1. I could link about 50 FB pages of guys/girls that certainly did not make it into their respective organizations on looks/style. You hang out with your brothers/sisters. You do not **** your brothers/sisters (often). So personality > looks/style. Also, you have all of first semester to meet brothers/sisters and figure out where you fit in. They have plenty of time to get to know you and make accurate judgments assuming you put the effort in.

    2. The money that you pay for "friends" actually goes towards great social events like date parties, mixers, and house parties. Alcohol as well. We can get into the benefits of networking as well (if you get a job paying 50-70k because of a connection in greek life, then dues were a great investment).

    3. Yes it is easy to find friends outside of greek life. 70% of the school is not greek. But, the sports teams may as well be greek because they always hang out together. Then you have a good 30% of antisocial kids who sit in their rooms and study 24/7. Basically, if your idea of a good time is to stay in and watch a movie 9 times out of 10, then dont bother with greek life.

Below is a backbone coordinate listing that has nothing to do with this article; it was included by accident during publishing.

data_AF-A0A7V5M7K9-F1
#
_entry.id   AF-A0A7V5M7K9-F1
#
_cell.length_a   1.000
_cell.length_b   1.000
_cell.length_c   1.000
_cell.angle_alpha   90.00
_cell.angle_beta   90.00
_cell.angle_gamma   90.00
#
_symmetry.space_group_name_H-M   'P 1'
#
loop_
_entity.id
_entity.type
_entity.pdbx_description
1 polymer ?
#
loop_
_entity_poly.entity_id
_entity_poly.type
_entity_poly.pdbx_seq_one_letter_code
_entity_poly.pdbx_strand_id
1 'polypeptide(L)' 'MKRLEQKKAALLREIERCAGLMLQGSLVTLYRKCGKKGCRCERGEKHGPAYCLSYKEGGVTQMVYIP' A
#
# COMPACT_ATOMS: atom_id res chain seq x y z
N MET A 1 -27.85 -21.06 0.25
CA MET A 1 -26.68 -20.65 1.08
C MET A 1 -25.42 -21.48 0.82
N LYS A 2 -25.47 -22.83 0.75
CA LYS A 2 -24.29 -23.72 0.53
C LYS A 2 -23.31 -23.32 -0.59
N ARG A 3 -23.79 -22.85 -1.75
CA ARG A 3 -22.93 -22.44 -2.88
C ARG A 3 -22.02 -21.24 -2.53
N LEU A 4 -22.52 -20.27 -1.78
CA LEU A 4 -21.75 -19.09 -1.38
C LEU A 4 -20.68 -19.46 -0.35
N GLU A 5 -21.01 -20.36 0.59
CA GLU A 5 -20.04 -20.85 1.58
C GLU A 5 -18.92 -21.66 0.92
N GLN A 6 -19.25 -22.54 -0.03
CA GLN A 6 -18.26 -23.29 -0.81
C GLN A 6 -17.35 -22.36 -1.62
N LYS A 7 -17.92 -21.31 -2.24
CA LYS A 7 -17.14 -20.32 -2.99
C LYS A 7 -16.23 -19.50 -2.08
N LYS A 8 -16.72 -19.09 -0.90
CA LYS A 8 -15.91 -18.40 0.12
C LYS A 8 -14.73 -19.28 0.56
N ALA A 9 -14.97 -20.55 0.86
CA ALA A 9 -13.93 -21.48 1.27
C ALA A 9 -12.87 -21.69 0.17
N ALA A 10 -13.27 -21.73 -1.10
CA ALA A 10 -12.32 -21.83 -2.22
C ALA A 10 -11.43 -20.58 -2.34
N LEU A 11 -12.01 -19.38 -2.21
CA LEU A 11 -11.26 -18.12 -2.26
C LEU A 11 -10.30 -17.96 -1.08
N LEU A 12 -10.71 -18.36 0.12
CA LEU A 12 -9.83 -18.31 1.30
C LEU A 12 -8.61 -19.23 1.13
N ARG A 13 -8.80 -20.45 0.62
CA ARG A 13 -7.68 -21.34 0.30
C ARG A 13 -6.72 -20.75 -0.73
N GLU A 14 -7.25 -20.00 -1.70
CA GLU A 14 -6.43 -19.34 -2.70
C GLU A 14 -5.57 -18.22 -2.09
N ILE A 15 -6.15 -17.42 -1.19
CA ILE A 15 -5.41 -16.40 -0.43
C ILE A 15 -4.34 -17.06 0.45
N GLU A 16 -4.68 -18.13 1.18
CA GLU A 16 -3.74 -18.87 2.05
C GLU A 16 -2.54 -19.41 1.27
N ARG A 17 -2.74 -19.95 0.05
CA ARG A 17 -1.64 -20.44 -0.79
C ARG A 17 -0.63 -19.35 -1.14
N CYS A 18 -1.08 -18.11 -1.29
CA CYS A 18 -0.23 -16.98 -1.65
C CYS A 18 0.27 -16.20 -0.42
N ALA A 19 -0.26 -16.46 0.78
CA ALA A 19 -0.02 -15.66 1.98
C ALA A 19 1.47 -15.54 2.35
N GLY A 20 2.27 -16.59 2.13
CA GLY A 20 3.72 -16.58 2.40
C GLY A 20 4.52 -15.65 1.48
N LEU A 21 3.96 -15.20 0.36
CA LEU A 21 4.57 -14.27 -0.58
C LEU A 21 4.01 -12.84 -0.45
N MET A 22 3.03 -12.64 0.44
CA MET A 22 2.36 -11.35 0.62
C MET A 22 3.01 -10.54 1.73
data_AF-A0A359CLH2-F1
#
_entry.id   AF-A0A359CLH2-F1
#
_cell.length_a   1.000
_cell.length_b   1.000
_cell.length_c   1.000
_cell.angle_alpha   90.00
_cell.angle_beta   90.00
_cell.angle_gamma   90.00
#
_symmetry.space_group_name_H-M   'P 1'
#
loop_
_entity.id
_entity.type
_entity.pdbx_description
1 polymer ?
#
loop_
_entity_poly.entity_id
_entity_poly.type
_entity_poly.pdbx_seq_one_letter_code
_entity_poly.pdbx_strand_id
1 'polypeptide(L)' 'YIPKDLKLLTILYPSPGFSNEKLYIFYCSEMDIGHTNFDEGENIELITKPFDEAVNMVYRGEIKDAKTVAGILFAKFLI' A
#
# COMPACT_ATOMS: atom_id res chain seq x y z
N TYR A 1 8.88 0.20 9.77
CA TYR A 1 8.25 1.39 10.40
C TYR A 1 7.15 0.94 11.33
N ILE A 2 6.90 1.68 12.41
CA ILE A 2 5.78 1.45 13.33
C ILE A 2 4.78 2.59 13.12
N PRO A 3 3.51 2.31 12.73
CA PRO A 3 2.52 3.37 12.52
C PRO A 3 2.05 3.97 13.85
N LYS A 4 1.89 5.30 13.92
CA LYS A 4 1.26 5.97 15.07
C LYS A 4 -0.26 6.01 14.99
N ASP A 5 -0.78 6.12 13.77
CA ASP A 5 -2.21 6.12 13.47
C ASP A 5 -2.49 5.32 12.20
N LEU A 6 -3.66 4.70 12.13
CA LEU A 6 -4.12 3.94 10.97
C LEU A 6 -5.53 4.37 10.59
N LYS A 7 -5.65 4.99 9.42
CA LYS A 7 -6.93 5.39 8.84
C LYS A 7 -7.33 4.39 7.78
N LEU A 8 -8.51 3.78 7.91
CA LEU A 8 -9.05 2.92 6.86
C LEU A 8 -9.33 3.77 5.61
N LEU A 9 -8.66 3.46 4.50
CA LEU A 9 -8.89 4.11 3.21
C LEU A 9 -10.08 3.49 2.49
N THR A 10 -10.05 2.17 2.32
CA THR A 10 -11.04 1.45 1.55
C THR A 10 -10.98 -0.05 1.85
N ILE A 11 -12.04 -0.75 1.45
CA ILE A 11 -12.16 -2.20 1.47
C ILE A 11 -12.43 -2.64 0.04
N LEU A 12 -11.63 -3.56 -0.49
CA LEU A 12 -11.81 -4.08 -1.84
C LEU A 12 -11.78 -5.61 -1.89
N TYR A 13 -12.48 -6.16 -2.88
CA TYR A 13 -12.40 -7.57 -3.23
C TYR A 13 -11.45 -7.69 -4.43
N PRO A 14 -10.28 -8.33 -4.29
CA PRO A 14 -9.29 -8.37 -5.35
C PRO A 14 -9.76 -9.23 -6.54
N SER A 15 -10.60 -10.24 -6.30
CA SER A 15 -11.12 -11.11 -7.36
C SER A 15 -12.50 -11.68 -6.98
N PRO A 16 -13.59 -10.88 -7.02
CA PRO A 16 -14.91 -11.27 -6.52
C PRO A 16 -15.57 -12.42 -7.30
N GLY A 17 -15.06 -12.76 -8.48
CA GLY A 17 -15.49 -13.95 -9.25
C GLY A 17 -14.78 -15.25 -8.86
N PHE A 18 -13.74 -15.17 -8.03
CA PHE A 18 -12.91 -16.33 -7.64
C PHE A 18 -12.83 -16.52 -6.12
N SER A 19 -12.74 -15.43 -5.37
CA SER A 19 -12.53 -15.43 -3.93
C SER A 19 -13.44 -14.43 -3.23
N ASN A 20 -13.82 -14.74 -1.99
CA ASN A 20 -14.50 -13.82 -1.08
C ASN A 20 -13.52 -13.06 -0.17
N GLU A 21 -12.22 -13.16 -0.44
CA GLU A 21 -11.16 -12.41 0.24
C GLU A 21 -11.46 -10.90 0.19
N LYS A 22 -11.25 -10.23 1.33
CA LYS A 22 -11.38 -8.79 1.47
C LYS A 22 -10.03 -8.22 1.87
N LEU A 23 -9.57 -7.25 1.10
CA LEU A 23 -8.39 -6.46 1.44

4. Greek life is much more important the first two years of school. You have to live on campus and will not have a car freshman year. Most of the girls/guys I know who deactivated did so in junior/senior year and still continue to hang out with their friends in their frats/sororities

    5. pledging is a joke. This is not a state school. When you get beaten in a cane field (LSU) or have to run on treadmills in a room full of smoke (USC) then we can talk.
  • SheareEmorySheareEmory Registered User Posts: 4 New Member
    with respect to the ethnicity question, i would completely disagree with the statement that most everyone is white. as emory is a very diverse school, each sorority is pretty diverse as well.